One week later…here is a picture of the miniature railway:
and the view from my office:
June began with the wedding of Alison and Tim and what a glorious day this was. It had everything a dream wedding should have: a smiling bride, a smiling groom, pretty colours, blue skies and sunshine, organist playing the organ for all it was worth, singers bringing tears of emotion to our eyes as their voices rang out across the quiet cathedral, bells ringing out for joy, feelings of sadness at those who were not there, feelings of gladness at those who were there, strolling in the spring-flower bedecked gardens, mouth-watering food, clotted cream and bunnies. A kaleidoscope of faces and names. Cups of tea and conversation. Garden games and much laughter. Cake admired…then cut and eaten. The day was rounded off by Jupiter rising to the East and everyone waving a sparkler as the bride and groom departed for a welcome few days’ relaxation in the countryside.
Thankfully I had a week for the house and me to settle down again before starting a new job. Another new job. This time I checked whether the job was as it was purported to be and I was assured it was. It was disappointing the previous one did not work out but, I have to admit, the hours were a tad longer than I was used to.
Indeed, the new job is fun. It is in a superb location in this heatwave (nearly as hot as the famed summer of 1976!). I am based in an office overlooking the lovely tree-filled grounds of the local council with views towards and of the sparkling sea. The work involves much time spent in subterranean passages as I and a colleague catalogue files ready for archiving. I have written a ghost story inspired by the location and submitted it to a magazine…
On Roy’s weekend off, we had a change of scene in Wales. We booked a cheap Airbnb place which was delightful. It was extremely good value as we were given a delicious cooked breakfast and a pack of Welsh cakes in addition to the tea and coffee in the comfortable room. The people were teachers so we enjoyed much discussion about the education system. Judy the Dog barked when we arrived and, seeming to approve of us, ceased barking and let us stroke her.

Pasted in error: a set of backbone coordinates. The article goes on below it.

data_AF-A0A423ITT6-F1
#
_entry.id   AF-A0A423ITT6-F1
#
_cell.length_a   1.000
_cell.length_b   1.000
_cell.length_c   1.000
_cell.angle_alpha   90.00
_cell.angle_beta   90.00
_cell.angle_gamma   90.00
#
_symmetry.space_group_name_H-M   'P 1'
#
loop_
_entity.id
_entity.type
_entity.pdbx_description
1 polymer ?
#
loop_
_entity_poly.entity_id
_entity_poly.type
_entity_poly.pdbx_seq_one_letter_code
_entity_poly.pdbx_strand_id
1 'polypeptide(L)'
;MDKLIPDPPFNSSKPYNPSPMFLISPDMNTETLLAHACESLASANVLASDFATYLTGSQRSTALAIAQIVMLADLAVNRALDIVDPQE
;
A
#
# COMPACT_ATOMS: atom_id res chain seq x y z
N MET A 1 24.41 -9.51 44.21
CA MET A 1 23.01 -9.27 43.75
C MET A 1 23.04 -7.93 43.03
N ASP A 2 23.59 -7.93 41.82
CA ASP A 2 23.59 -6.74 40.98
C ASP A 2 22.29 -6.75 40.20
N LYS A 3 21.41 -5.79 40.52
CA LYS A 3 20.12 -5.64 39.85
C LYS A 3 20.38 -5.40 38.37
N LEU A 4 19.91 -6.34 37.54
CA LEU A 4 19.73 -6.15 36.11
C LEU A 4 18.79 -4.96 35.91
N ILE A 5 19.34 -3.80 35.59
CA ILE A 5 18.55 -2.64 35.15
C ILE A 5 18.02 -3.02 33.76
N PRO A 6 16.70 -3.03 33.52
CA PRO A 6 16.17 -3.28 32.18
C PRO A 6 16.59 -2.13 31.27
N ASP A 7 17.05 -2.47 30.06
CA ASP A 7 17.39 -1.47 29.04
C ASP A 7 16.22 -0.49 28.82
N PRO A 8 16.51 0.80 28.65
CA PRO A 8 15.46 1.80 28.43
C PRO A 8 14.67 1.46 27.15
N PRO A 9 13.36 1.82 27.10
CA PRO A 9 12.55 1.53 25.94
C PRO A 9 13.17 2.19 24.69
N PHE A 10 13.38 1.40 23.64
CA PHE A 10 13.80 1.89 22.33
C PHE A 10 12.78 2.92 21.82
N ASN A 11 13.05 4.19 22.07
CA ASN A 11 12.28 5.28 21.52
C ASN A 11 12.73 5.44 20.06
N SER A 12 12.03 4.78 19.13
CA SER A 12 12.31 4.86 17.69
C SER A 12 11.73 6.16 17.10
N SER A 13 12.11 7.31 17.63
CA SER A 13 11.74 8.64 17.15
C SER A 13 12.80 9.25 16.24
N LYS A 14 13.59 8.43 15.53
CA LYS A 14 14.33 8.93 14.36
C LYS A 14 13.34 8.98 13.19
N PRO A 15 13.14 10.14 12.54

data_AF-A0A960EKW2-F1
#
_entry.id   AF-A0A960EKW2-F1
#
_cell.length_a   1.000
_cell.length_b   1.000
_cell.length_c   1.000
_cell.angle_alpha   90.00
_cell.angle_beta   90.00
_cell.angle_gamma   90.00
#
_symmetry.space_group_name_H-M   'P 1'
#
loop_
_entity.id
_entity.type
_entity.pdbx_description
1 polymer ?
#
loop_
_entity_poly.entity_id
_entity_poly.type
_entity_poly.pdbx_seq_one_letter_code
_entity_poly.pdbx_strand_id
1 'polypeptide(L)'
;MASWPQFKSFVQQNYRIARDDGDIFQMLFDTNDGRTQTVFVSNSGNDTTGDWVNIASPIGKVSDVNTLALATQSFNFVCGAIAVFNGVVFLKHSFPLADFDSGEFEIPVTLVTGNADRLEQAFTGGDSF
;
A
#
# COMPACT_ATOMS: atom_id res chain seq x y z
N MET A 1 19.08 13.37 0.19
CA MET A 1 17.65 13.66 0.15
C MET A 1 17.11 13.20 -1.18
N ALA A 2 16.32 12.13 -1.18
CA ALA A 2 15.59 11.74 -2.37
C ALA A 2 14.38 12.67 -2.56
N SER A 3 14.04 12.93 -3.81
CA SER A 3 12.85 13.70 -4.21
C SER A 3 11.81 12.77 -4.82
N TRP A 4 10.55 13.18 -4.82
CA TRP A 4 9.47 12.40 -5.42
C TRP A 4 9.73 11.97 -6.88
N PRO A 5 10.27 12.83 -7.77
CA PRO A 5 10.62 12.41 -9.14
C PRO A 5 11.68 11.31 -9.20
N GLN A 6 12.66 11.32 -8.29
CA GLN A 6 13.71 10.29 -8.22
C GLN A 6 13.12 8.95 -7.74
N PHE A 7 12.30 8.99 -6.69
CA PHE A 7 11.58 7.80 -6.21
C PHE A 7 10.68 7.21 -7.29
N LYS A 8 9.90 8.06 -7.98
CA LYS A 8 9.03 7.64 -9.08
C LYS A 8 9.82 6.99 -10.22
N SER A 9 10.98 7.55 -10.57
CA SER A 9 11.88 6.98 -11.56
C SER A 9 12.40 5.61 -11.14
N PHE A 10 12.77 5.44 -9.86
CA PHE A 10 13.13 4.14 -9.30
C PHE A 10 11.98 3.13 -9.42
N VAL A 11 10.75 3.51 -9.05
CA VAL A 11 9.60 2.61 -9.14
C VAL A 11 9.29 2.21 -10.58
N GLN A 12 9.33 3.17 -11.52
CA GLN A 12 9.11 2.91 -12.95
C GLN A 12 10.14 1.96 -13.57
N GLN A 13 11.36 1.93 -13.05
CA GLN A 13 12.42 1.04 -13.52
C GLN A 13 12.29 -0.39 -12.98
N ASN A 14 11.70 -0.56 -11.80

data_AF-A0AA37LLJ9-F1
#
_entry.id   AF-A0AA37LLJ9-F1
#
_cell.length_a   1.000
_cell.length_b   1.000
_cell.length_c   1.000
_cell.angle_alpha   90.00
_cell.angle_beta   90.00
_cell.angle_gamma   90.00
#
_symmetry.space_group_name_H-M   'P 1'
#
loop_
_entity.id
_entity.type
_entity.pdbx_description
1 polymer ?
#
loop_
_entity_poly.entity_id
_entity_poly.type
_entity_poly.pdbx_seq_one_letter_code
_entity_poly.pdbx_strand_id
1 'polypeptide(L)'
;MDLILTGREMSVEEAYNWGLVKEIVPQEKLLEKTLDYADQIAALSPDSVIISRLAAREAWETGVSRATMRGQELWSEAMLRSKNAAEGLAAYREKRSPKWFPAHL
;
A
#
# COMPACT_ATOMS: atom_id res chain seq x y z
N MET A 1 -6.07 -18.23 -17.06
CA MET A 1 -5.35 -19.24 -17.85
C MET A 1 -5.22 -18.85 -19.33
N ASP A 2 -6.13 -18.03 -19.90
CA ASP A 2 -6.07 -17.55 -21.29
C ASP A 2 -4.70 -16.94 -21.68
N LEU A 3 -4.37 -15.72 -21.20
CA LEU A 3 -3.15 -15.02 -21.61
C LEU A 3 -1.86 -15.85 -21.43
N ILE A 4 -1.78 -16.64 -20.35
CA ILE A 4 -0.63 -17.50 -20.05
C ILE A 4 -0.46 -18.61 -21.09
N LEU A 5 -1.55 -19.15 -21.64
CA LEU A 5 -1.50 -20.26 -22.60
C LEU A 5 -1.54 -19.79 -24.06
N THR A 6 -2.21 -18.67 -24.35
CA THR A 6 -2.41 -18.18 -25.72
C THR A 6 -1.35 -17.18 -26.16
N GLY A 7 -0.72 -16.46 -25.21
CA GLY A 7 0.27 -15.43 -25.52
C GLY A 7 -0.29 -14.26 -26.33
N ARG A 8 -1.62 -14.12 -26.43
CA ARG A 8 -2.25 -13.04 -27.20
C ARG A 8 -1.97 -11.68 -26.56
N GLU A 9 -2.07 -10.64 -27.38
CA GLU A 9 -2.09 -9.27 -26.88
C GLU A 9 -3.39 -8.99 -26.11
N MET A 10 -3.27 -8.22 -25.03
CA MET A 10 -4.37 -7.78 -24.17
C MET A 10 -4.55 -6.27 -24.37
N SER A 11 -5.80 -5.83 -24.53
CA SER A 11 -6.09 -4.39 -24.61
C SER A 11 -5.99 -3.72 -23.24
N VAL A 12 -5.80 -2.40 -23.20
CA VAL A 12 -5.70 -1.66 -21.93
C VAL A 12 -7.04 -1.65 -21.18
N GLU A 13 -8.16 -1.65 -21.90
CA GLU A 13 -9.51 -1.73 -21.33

It had been rather a journey to reach our destination as the M4 was at a standstill with cars headed towards Cardiff for multiple Ed Sheeran concerts. My feet were struggling with constant clutch changes so I turned off towards Monmouth. However, this is Roy and Me navigating. We found ourselves in the pretty location of Usk somewhat to our surprise! Thinking we would stop awhile and have a stroll around, I drove towards the village centre. Oh dear. It was full. There was some sort of garden event taking place and all the car parks were full…I drove on through and came across a village hall serving teas at the end of the village where there was one car park space remaining. It proved to be a fortuitous move as the cakes being served looked sublime. The iced one we chose was as tasty as it looked; it was positively oozing lemon and orange juice.
After a stroll around to the river, with just glimpses of the castle walls, we continued on our way.
The next day we had coffee with Kath and John before going on to collect Roy’s Mum for lunch at Llanwonno. Llanwonno is famous for being the site of a runner beating the kettle to run up and down the hill. Or some such story. It was also an old monastery. The views from the top are stupendous – 7 counties and the Severn Estuary can be seen.
The pub food is worth toiling up the hill for. Yes, we drove and the car did indeed toil up the hill. Tender local roast lamb with plenty of veg. I did not have a pudding as I had indulged in one on a previous visit and found the drive home rather difficult, feeling sleepy and full.